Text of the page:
• “Standard” documents are likely create more problems than they solve when they are applied to China transactions. There is only one sure path to contract certainty for China – documents competently drafted for use in China. Recycling legal documents for a China transaction without taking China specific advice is just an accident waiting to happen.
  • The cost of having a China contract reviewed by competent counsel is very reasonable, even more so when compared with the costs that can result from a defective contract. Taking a chance on enforceability and effectiveness in China makes no sense at all.

GB

© 2014 Graham Brown all rights reserved.

Plan for China – your trademark is important

Many businesses operate without registering a trademark in their home territory. While this is not a good idea, it is possible in many jurisdictions because at least some legal rights may accrue through use.

Home trademark rights do not extend to China

China is quite a different story. Your accumulated “at home” use of trade names, logos, and the like may accrue the rights previously referred to even without trademark registration.

Those rights are of no practical use in China, because trademarks are territorial. Rights outside China are not applicable inside China, the exception being where a local registered trademark is formally extended to China through the Madrid protocol.  China trademark registration is very important for China success.

China is first to register – why wait?

There is another complication: China is a “first to register” trademark jurisdiction, not “first to use”. Put another way – you do not have to show any prior use at all to register a trademark in China. China is a developing country with lots of budding entrepreneurs looking for ways to get ahead. Some of them have taken to registering foreign trademarks in China, either to use as the name for their own business, or to sell to the rightful user outside China, In some cases it is just a tactic to prevent the rightful user from using its trademark in China. Irrespective of motivation, there is a real chance that someone in China will register your “brand” as a trademark in China.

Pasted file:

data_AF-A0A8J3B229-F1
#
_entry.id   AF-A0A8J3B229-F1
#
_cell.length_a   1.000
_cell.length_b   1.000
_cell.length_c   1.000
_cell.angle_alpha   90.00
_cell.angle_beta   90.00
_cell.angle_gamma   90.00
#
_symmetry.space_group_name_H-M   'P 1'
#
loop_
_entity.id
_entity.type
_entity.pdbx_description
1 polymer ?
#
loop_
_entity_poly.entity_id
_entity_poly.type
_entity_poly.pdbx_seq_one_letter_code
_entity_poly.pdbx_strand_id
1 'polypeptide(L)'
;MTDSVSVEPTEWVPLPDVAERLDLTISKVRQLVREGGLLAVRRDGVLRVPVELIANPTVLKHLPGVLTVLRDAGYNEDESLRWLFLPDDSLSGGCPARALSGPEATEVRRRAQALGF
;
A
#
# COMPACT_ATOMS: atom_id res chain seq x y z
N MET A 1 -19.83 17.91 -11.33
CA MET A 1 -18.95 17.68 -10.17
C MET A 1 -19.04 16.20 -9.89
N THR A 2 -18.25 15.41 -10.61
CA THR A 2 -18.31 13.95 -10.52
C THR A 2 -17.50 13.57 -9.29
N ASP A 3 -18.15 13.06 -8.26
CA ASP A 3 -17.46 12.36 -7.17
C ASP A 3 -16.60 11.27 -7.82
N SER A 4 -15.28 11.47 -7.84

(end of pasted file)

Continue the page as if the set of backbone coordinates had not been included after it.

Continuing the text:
China trademark registration protects you

There is an easy and relatively inexpensive way to prevent this – register your own trademark in China before others do. Chinese can register directly, but others must use an agent in China for this. It takes a little time, but it is the surest way to protect your brand in China. China trademark registration is therefore  very important.

As with everything else, “cheap” is not usually the best value, so it is best to ensure that you get a complete service, not some bargain basement deal. It is your business future that is a stake here.

You could lose your China opportunity if you do not register your trademark in China.

An example might make the picture clearer. Imagine you are a well known wine producer, (say) “Alpinia Wines”. Every bottle you produce proudly bears the “Alpinia” mark at the top of the label, the masthead brand if you like. In the usual way the label then identifies the particular vineyard, the variety etc etc. Even the corks have the Alpinia brand on them.

Alpinia Wines decides that it wants to sell into China, one of the fastest growing markets for quality wines. The first shipment of wines is dispatched to their importer. Unfortunately, there is a problem. The importer advises that the shipment has been detained by China Customs because the labels infringe trademarks held by others. Alpinia has already been registered as a trademark for wine in China! China Customs warehousing charges are mounting and the wines will probably have to be destroyed. There could also be fines.